ORCID Identifier(s)


Graduation Semester and Year




Document Type


Degree Name

Doctor of Philosophy in Aerospace Engineering


Mechanical and Aerospace Engineering

First Advisor

Frank Lu


Ground test facilities are an imperative part of the design and development of flying vehicles. In the case of high-enthalpy facilities, evaluating the gasdynamic and thermochemical state of the test gas poses challenges due to high temperature effects. This study aims to contribute to the development impulse facilities by developing reduced-order models resolving the flowfields of such facilities. Developed as a part of this study are various method-of-characteristics (MoC) algorithms which consider gases under varying levels of thermochemical complexity. The algorithms span from simple calorically perfect gases to full thermochemical nonequilibrium. The first set of algorithms was limited to unsteady flow of calorically perfect gases with no area variation. The effects of momentum and heat losses were included as appropriate sink terms in the governing equations. Based on ordinary differential equations from MoC, numerical algorithms were developed to solve various gasdynamic phenomena such as weak compressions, rarefactions, shocks and contact surfaces. The momentum losses in the governing equations were estimated using established friction factors. Various empirical methods were explored to determine an appropriate heat-transfer model. In an effort to limit the scope of model development, a detonation-driven shock tube was first modeled based on the expected ideal wave processes utilizing various MoC algorithms. Subsequently, experiments were carried out in a small-scale detonation-driven shock tube to validate the results from the reduced-order model. The experiments used nitrogen as the high-pressure driver gas, stoichiometric oxyhydrogen as the detonation driver gas and nitrogen or helium as the driven gas. Comparison with experiments showed that the MoC model reasonably replicated detonation tube operation for all the experimental cases. Specifically, the decaying incident shock trajectory in the driven section was replicated well, and so was the peak pressure at the driven endwall. The quasi-steady plateau pressure in the detonation driver was replicated reasonably, with experimental pressure traces showing early decay than MoC pressure traces. The wave system produced by the reflected shock wave--contact surface interaction in the driven section was also predicted accurately by the MoC model. The second set of algorithms pertained to unsteady, inviscid, quasi-one-dimensional flow of a chemically reacting mixture of gases. Gaseous mixtures were assumed to be in thermal equilibrium but finite-rate chemical reactions were permitted. Initially, the variables associated with chemical composition were evaluated using the open-source toolkit, Cantera. The final results reported here use a stand-alone chemistry solver developed during this study, which evaluates rate constants using Arrhenius equation. A new integration procedure was formulated for flows with finite-rate chemistry. Simple gasdynamic models representing supersonic combustion, normal shock wave and a quasi-one-dimensional flow were developed and validated. The third set of algorithms deal with thermally perfect gases. These were primarily selected to investigate vectorization of the existing MoC algorithms for nonequilibrium flows. Vectorization was carried out for the interior point solver, which yields the maximum computational impact through parallelization. Thermally perfect algorithms were also developed for other MoC subroutines, but did not have the need to be vectorized. The variation of specific heats (and their ratio) was captured using curvefits constructed within the algorithm utilizing NASA polynomials and Cantera. A thermally perfect expansion tube solver was developed based on these algorithms and validated against analytical solution. Also developed along the thermally perfect algorithms were equilibrium algorithms. These use the same vectorized approach as thermally perfect algorithm, but the thermodynamic curvefits are, or course three-dimensional. Equilibrium MoC subroutines were used to develop expansion tube and detonation-driven shock tube algorithms. The results due to these models were validated against theory and experimental data available in the literature. The final set of algorithms simulate unsteady, inviscid, quasi-one-dimensional flow gases in thermochemical nonequilibrium. These algorithms are based on the vectorized IMoC approach developed earlier in this work. Previously developed in-house chemistry solver was modified to use Park's two-temperature model for evaluating finite-rate chemistry. While there is no (such) restriction on the chemistry solver, vibrational relaxation is limited to diatomic gases currently. Vibrational relaxation considers both vibration-translation and vibration-vibration exchanges. Validation studies carried out with these subroutines include steady-state nozzle flowfield with vibrational, thermochemical relaxation and an expansion tube flowfield. Comparison of thermochemical nonequilibrium MoC results with state-to-state and computational fluid dynamics results in the literature show that the MoC models can reliably estimate the relevant nonequilibrium phenomena.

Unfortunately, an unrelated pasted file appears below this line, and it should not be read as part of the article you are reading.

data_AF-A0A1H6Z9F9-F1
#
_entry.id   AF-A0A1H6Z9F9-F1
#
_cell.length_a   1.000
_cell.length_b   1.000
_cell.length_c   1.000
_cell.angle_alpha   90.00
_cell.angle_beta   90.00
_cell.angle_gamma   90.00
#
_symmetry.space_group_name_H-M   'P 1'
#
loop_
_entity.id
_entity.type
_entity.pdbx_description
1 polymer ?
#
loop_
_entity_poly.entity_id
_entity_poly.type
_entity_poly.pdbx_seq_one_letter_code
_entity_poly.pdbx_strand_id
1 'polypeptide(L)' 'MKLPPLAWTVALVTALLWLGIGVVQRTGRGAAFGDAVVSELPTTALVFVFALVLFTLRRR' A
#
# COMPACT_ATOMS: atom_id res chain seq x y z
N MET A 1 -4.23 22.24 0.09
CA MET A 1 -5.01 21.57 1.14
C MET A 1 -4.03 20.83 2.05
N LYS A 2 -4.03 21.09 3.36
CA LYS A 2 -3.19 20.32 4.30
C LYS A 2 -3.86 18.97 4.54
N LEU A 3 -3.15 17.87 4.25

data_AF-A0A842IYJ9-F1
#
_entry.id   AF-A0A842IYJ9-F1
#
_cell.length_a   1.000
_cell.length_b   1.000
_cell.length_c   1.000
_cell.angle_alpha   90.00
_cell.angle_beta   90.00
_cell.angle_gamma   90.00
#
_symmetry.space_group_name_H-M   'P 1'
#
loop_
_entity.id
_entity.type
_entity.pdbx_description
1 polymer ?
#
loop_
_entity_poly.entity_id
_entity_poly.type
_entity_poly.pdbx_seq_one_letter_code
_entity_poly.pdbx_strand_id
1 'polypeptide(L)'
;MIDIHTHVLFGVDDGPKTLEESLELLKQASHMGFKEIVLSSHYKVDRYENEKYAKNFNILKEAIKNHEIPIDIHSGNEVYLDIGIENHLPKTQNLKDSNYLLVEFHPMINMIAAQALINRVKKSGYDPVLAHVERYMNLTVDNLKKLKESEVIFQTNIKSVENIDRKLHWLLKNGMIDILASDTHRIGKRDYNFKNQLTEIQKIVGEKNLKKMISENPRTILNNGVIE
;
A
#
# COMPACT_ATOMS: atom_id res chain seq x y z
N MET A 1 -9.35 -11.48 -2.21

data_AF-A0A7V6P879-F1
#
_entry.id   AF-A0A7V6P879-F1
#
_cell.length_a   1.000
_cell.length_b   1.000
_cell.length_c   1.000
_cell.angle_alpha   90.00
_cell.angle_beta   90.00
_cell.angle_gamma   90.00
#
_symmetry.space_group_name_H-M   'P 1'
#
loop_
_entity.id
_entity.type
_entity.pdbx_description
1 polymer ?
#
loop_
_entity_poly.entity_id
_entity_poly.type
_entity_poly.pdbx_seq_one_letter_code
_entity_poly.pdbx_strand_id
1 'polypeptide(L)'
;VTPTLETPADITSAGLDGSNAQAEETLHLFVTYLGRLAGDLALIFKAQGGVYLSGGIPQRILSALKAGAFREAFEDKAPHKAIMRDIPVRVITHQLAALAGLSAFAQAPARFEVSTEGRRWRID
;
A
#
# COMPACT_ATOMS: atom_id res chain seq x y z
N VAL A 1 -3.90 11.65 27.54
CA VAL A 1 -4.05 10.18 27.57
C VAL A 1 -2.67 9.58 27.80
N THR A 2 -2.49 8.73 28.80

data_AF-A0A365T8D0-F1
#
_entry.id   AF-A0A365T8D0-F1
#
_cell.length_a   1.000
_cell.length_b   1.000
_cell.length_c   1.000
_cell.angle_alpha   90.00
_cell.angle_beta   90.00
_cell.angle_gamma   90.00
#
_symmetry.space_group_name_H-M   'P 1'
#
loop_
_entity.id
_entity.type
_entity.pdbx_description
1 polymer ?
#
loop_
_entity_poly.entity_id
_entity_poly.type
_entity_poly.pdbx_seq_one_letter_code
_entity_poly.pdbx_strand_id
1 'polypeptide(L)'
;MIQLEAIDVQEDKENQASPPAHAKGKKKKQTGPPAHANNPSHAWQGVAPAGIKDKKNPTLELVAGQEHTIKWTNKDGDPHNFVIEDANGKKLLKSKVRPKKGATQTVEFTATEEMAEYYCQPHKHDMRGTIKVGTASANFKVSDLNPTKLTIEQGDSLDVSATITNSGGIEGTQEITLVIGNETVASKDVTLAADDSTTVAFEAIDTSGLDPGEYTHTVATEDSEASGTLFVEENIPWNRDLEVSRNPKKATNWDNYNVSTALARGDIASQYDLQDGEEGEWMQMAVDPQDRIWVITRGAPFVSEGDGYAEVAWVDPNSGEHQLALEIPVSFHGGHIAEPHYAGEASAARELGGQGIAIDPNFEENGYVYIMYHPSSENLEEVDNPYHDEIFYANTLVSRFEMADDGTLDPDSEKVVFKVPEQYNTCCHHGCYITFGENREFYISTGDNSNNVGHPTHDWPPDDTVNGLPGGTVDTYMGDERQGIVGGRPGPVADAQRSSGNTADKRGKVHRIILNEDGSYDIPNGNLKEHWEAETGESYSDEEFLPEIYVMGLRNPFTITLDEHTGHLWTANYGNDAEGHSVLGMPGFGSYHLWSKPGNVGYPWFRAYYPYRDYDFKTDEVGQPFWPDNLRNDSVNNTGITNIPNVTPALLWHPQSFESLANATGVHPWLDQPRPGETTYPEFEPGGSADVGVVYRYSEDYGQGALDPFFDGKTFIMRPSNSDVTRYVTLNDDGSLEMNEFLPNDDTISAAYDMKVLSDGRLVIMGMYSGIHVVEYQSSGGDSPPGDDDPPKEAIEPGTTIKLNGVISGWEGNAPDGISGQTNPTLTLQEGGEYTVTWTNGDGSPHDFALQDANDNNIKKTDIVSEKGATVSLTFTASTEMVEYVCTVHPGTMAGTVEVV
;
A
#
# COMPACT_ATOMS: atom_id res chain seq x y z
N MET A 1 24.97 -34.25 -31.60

Method of characteristics, Detonation, Shock tube, Expansion tube, Detonation tube, Thermochemical nonequilibrium flows, Impulse facilities


Aerospace Engineering | Engineering | Mechanical Engineering


Degree granted by The University of Texas at Arlington